We have six scheduled literacy blocks each week. During a literacy block, children may be engaged in one of several structures that we refer to as writing workshop, reading workshop, word study, and handwriting.
Writing Workshop often begins with children coming together for a mini-lesson in which we give the children explicit instruction on skills they need. The children then go off to write at their own level while teachers meet with each child to individualize writing instruction. During writing workshop children will generate their own ideas for writing, will respond to writing prompts or questions, will engage in group writing projects, and will experiment with narrative, opinion, and informative writing as well as poetry.
Just Right Books: During Reading Workshop the children have individual book boxes that contain “Just Right” books selected by the teacher.“Just Right” books for children who are beginning to read include predictable language with text and pictures that match each other closely, so the children can use the pictures to figure out unknown words. For children who are already reading, a chapter book may be “Just Right” for them.
The “Just Right” books we use are referred to as leveled books in educational jargon. A book’s level is based on such attributes as text length, text variation, pictures, etc. In general, kindergartners read books in the level A-C range and first graders read books in the level C-I range. We’ve included a leveled guide in this packet that explains the characteristics of each level. This guide can help you pick out “just right” books for your child at the library or bookstore. We update parents about their child’s reading level several times a year.
Strategy Mini-Lessons: During Reading workshop we often introduce and reinforce reading and comprehension strategies. We will model each strategy and then send the children off with their “Just Right” books to try the strategy independently or with a buddy.
Phonics Books: Each child has his/her own phonics book appropriate to his/her level of phonetic awareness. They may work on these during part of reading workshop.
Poem Book: Several times a month, we introduce poems to the children on big chart paper. We read chorally and circle any rhyming words or letters or words we recognize. The children then get an individual copy of the poem to decorate and it goes into their poem book for repeated reading during reading workshop.
During word study we focus on skills as basic as understanding that words are made up of letters that carry sound and meaning to more complicated skills like learning how to write words with unique spelling patterns such as words that end with a silent e. The children work on word study and word recognition components including phonics, phonemic awareness, word families, high frequency word recognition, and language standards pertaining to oral and written conventions and vocabulary acquisition and use. We use mini-lessons and a variety of engaging games, puzzles, and activities to teach these skills.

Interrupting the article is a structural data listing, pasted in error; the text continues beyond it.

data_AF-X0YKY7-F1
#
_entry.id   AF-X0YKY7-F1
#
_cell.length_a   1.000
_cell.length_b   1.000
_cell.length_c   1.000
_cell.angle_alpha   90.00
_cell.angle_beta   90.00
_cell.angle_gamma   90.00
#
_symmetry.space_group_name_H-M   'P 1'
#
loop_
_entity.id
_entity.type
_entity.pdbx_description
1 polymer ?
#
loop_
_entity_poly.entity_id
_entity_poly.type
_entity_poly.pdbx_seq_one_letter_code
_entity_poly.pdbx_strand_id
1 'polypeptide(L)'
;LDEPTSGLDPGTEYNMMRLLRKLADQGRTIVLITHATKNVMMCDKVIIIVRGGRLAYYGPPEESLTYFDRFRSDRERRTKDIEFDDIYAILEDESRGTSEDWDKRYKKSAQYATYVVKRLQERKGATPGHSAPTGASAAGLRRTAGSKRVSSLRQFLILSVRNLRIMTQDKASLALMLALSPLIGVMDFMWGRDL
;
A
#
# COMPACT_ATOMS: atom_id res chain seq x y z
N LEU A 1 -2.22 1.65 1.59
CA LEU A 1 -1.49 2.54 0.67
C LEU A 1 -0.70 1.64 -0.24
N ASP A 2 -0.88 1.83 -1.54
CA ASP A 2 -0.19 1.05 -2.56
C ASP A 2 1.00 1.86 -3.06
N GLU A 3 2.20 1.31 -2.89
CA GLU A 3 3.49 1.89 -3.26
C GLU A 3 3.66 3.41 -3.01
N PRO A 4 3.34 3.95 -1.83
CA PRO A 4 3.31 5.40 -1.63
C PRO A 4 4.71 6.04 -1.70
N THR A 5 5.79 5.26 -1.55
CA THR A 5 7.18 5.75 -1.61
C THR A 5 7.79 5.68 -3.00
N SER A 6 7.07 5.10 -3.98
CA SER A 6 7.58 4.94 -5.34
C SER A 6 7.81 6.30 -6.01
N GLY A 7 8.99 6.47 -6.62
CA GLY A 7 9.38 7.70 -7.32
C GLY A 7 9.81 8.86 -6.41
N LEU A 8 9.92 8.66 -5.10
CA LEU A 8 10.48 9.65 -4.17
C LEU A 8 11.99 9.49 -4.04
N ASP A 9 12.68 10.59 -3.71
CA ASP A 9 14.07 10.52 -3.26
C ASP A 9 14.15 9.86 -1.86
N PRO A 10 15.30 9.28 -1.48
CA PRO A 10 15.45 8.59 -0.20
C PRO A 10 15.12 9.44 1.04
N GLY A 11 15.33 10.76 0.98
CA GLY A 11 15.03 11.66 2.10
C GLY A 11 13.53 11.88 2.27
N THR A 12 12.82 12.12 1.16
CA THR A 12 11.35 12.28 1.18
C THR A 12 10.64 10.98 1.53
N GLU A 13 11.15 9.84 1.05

Each child has a handwriting packet. We focus on formation of the upper and lowercase letters of the alphabet. To make this more engaging, teachers employ different strategies such as practicing printing on dry erase boards, sky writing the letters, and employing exercises to strengthen finger muscles such as playing with play dough or clay before completing the printing page in the handwriting packet.
Additional Language Arts Practices:
Read Aloud: After lunch, we read a few chapters of a chapter book to the children. We encourage the children to make connections from the book to their own lives, make predictions about the plot, make comparisons to other books they’ve read, ask and answer questions about the book, and identify the story elements to increase comprehension.
Theme Books: Every year we have a theme to base our learning around. This year’s theme is “Journeys.” Throughout the year, we read to the children countless fictional and non-fiction books to examine key ideas and details, explore craft and structure, and to integrate knowledge and ideas in the context of our thematic learning.